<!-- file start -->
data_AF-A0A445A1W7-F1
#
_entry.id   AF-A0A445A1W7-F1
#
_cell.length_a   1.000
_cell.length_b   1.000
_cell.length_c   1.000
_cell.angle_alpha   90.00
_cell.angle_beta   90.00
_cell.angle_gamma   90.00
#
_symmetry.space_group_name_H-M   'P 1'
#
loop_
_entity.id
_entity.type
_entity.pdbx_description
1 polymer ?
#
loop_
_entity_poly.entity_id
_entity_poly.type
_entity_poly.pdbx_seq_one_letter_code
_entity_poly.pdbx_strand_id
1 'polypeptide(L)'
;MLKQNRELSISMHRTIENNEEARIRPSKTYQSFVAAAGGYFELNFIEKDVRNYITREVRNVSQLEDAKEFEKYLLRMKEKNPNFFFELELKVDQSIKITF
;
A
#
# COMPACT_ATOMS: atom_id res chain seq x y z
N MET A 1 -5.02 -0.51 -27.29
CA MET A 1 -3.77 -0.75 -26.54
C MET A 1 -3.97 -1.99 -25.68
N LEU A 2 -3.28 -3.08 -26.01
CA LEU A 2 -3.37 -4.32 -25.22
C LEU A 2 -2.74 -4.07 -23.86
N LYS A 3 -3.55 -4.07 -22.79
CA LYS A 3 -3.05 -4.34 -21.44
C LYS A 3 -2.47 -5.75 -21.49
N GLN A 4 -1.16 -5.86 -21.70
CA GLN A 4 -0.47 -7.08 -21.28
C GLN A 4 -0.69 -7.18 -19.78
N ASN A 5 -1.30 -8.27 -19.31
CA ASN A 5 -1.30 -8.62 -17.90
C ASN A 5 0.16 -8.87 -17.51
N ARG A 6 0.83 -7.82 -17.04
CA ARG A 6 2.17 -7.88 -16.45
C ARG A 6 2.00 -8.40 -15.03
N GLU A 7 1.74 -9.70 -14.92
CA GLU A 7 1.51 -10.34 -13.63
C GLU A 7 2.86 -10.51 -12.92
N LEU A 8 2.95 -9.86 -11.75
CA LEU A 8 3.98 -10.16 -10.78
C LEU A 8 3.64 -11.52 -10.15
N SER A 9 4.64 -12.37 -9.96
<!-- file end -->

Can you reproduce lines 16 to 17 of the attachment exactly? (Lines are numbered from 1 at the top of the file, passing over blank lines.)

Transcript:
_entity.type
_entity.pdbx_description